Thirty samples using teflon molds (Impaktto, São Paulo, Brazil) were made, which were formed and cut using the software (GibbsCAM 2014) on a Sinumerik CNC (Siemens AG Ind., Nurnemerg, Alemanha) milling machine as required by the test. Each mold was 7 mm in diameter and 6 mm height and had a central hole of 3 mm in diameter compatible with the pin’s 3 mm apex. In each mold, the pins were positioned and guided vertically through the central hole and then the CAAR, color 69 (Duralay) was manipulated in a silicone Dappen bowl (Maquira Ind. Prod. Dental S/A, Maringá, PR, Brazil), according to the proportions indicated by the manufacturer, and poured in stages, using a plaster vibrator (Vibramaxx Gold Line - Essence Dental VH, Araraquara, SP, Brazil) to avoid the formation of bubbles and overheating during its polymerization reaction, being filled to the upper limit of the mold.

Subsequently, after filling the molds, two cross-sections were made using the Labcut cutting equipment (Isomet 1000, Springfield, Virginia), obtaining specimens with 3 mm thickness, extracted from the middle portion of the pins, being this portion corresponding to the middle third of the pins in the cervical apex direction. This resulted in circular specimens of 7 mm in diameter and 3 mm in height [Figure 2].
Figure 2: Specimens removed from the teflon matrix and then sectioned 3 mm thick in the middle third of the pins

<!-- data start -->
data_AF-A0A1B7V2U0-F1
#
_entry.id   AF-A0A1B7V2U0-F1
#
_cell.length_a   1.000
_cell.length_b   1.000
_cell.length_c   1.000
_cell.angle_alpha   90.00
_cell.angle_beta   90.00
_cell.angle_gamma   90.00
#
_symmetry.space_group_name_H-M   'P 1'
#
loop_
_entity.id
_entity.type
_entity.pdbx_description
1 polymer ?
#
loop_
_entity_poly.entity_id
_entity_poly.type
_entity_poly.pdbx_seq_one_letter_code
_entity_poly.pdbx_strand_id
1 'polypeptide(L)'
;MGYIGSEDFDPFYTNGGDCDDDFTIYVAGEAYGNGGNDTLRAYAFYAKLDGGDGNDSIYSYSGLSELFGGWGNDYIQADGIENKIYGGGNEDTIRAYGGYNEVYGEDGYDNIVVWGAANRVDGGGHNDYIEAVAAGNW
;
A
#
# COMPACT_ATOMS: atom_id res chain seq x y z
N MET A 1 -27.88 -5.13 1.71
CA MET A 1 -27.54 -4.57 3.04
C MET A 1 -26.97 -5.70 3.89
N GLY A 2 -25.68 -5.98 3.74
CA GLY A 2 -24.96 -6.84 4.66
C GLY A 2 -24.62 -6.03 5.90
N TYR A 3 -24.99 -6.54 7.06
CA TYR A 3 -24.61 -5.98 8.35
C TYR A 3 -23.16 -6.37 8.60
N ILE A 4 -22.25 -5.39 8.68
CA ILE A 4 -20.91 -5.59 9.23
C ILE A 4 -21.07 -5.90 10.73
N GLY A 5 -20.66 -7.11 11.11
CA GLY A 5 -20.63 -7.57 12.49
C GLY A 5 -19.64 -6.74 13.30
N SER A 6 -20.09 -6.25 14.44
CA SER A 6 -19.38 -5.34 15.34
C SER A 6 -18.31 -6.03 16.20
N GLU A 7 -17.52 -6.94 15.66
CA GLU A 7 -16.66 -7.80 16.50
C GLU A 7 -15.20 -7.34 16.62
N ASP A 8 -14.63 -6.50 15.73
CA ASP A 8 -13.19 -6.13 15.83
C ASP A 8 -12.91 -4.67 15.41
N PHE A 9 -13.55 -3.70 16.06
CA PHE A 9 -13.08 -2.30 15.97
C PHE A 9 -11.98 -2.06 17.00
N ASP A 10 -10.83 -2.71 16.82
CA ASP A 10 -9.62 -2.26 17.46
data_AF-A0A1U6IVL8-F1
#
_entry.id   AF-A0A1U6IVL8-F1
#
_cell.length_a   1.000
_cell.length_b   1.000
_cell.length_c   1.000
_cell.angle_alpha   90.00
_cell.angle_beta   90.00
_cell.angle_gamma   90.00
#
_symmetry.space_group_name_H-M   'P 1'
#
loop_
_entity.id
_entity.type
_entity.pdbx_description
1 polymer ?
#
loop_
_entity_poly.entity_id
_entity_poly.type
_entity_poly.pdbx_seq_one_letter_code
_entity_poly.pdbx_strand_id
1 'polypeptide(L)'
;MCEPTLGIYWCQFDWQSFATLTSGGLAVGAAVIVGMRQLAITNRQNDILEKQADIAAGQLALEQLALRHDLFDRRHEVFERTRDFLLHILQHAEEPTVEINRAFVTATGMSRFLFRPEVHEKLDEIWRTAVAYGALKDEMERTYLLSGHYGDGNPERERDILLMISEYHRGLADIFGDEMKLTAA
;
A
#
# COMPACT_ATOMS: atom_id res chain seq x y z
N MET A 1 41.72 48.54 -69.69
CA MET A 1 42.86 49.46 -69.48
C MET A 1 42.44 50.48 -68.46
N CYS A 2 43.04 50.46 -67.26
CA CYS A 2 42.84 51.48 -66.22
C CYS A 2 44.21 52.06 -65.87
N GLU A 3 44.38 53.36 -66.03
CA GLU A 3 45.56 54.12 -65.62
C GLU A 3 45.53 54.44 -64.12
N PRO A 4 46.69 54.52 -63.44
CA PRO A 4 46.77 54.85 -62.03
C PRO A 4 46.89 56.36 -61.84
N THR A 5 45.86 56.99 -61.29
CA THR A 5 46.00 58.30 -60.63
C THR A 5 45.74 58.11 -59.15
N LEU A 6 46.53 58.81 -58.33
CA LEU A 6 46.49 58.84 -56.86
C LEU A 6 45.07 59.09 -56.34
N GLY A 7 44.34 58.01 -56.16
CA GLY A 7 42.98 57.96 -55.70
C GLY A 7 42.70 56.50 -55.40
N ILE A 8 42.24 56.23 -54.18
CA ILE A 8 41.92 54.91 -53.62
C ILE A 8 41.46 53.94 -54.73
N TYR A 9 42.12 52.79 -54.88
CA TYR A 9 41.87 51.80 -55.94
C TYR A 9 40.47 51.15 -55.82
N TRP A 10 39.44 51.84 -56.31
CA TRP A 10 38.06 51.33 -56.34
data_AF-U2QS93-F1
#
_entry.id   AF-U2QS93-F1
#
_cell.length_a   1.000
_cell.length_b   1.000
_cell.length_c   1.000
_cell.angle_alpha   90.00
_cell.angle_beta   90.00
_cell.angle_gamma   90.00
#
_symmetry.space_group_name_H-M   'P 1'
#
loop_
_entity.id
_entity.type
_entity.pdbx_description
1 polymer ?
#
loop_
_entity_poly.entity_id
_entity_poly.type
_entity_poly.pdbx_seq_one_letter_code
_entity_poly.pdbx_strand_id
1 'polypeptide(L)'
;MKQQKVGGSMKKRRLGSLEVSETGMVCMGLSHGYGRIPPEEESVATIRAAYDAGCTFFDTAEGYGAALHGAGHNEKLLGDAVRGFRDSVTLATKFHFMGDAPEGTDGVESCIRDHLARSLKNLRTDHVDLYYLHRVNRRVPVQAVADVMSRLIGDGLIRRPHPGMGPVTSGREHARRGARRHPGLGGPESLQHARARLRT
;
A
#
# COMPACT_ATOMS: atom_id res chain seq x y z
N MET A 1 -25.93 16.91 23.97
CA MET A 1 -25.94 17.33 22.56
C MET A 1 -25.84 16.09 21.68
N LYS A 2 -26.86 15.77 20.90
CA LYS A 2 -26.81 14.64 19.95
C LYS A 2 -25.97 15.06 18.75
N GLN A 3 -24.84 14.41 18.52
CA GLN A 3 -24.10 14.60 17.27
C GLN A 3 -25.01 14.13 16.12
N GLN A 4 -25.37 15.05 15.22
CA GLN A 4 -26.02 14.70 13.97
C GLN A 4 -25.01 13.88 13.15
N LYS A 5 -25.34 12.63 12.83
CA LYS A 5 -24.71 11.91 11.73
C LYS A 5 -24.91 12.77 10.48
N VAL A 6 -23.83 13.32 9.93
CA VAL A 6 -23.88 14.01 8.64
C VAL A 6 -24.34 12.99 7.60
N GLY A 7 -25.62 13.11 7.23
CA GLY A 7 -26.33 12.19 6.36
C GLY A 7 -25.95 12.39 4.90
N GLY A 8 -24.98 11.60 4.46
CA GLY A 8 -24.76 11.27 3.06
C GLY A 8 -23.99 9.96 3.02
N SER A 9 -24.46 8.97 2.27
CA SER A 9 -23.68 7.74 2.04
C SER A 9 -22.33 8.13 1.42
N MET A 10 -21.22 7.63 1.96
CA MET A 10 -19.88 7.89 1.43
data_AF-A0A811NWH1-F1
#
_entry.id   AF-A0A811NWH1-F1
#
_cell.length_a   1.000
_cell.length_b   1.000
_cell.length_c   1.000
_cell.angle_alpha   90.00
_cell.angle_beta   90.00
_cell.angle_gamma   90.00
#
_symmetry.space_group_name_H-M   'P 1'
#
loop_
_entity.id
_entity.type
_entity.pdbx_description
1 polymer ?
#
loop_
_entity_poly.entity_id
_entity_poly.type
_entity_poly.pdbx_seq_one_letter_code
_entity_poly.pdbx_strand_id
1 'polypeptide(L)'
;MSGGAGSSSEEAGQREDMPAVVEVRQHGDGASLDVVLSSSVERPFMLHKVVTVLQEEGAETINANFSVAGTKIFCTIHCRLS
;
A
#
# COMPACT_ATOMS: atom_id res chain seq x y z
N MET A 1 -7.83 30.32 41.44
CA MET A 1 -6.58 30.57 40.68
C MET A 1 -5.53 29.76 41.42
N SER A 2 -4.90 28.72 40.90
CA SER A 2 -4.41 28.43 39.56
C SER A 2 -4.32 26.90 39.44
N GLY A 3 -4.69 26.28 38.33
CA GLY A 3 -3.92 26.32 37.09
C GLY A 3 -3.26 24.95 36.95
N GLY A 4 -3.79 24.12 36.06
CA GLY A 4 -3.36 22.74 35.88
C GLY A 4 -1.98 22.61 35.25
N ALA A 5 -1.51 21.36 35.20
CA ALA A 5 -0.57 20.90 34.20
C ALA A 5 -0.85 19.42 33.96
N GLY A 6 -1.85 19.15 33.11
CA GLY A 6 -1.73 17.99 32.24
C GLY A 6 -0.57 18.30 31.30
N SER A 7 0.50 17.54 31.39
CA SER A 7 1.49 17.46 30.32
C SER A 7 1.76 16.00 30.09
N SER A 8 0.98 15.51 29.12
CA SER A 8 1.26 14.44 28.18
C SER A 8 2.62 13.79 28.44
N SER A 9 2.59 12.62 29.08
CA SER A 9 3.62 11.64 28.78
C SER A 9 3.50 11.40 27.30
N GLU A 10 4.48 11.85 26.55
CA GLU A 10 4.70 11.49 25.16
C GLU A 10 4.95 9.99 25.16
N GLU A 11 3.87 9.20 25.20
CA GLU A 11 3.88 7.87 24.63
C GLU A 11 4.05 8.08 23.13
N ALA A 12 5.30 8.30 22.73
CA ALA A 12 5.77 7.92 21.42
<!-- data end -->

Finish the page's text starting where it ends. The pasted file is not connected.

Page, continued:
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The specimens were distributed in three groups according to the provisional intraradicular retainer used. The G1 pins (Metalpin Ângelus) and G2 (Pivot provisório Jon) are made of Copper-Zin (Cu-Zn) alloy and the pins of G3 (Whitepost DC-E FGM) are made of fiberglass/epoxy resin. The purpose of this test was to evaluate the union between the retainer and the self-curing acrylic resin color 69 (Duralay) in which it was involved.

To perform the test, a metal rod with an active tip of 1.2 mm in diameter, fixed through a 6 mm thread on the top of the universal testing machine (Emic DL- 2000) with a 50 Kg load cell. At the bottom of the universal testing machine, the specimen was fixed to a base stabilized by screws and lathes. The specimen was disposed such that the active tip attached to the top of the machine and positioned over the center of the retainer, which was subjected to extrusion test.